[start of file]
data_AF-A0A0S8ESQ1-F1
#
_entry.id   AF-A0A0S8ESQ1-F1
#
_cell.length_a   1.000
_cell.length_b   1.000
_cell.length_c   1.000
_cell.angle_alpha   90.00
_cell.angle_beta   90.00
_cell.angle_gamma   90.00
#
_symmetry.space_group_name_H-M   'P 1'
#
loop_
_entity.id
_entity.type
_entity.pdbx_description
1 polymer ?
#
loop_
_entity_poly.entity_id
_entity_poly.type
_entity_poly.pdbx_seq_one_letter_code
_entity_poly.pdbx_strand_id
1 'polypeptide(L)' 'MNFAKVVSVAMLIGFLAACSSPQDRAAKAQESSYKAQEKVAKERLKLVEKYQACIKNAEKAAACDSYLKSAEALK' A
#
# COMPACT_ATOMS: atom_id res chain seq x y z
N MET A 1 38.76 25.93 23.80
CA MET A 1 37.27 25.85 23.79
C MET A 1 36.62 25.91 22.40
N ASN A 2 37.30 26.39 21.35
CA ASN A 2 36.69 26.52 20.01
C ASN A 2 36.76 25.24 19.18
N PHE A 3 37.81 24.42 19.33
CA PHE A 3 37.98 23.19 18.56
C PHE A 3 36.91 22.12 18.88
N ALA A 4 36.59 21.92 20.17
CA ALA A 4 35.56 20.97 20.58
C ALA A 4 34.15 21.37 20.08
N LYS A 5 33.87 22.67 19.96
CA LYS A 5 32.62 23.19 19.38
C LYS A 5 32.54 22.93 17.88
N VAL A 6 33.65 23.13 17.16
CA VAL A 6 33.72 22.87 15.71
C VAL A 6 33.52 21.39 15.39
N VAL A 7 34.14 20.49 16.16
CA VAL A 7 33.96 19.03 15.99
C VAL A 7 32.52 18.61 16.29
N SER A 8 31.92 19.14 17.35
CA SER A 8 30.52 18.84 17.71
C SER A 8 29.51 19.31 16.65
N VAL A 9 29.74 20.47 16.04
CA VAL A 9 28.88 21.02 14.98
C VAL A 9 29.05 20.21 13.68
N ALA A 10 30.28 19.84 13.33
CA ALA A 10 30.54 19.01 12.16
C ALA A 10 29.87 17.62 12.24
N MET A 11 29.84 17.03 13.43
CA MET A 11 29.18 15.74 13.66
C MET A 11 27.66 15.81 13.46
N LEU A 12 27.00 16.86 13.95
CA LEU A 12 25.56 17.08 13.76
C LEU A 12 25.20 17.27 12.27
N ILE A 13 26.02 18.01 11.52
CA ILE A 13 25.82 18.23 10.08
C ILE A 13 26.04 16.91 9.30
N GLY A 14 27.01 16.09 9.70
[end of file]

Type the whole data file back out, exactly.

data_AF-A0A0S8ESQ1-F1
#
_entry.id   AF-A0A0S8ESQ1-F1
#
_cell.length_a   1.000
_cell.length_b   1.000
_cell.length_c   1.000
_cell.angle_alpha   90.00
_cell.angle_beta   90.00
_cell.angle_gamma   90.00
#
_symmetry.space_group_name_H-M   'P 1'
#
loop_
_entity.id
_entity.type
_entity.pdbx_description
1 polymer ?
#
loop_
_entity_poly.entity_id
_entity_poly.type
_entity_poly.pdbx_seq_one_letter_code
_entity_poly.pdbx_strand_id
1 'polypeptide(L)' 'MNFAKVVSVAMLIGFLAACSSPQDRAAKAQESSYKAQEKVAKERLKLVEKYQACIKNAEKAAACDSYLKSAEALK' A
#
# COMPACT_ATOMS: atom_id res chain seq x y z
N MET A 1 38.76 25.93 23.80
CA MET A 1 37.27 25.85 23.79
C MET A 1 36.62 25.91 22.40
N ASN A 2 37.30 26.39 21.35
CA ASN A 2 36.69 26.52 20.01
C ASN A 2 36.76 25.24 19.18
N PHE A 3 37.81 24.42 19.33
CA PHE A 3 37.98 23.19 18.56
C PHE A 3 36.91 22.12 18.88
N ALA A 4 36.59 21.92 20.17
CA ALA A 4 35.56 20.97 20.58
C ALA A 4 34.15 21.37 20.08
N LYS A 5 33.87 22.67 19.96
CA LYS A 5 32.62 23.19 19.38
C LYS A 5 32.54 22.93 17.88
N VAL A 6 33.65 23.13 17.16
CA VAL A 6 33.72 22.87 15.71
C VAL A 6 33.52 21.39 15.39
N VAL A 7 34.14 20.49 16.16
CA VAL A 7 33.96 19.03 15.99
C VAL A 7 32.52 18.61 16.29
N SER A 8 31.92 19.14 17.35
CA SER A 8 30.52 18.84 17.71
C SER A 8 29.51 19.31 16.65
N VAL A 9 29.74 20.47 16.04
CA VAL A 9 28.88 21.02 14.98
C VAL A 9 29.05 20.21 13.68
N ALA A 10 30.28 19.84 13.33
CA ALA A 10 30.54 19.01 12.16
C ALA A 10 29.87 17.62 12.24
N MET A 11 29.84 17.03 13.43
CA MET A 11 29.18 15.74 13.66
C MET A 11 27.66 15.81 13.46
N LEU A 12 27.00 16.86 13.95
CA LEU A 12 25.56 17.08 13.76
C LEU A 12 25.20 17.27 12.27
N ILE A 13 26.02 18.01 11.52
CA ILE A 13 25.82 18.23 10.08
C ILE A 13 26.04 16.91 9.30
N GLY A 14 27.01 16.09 9.70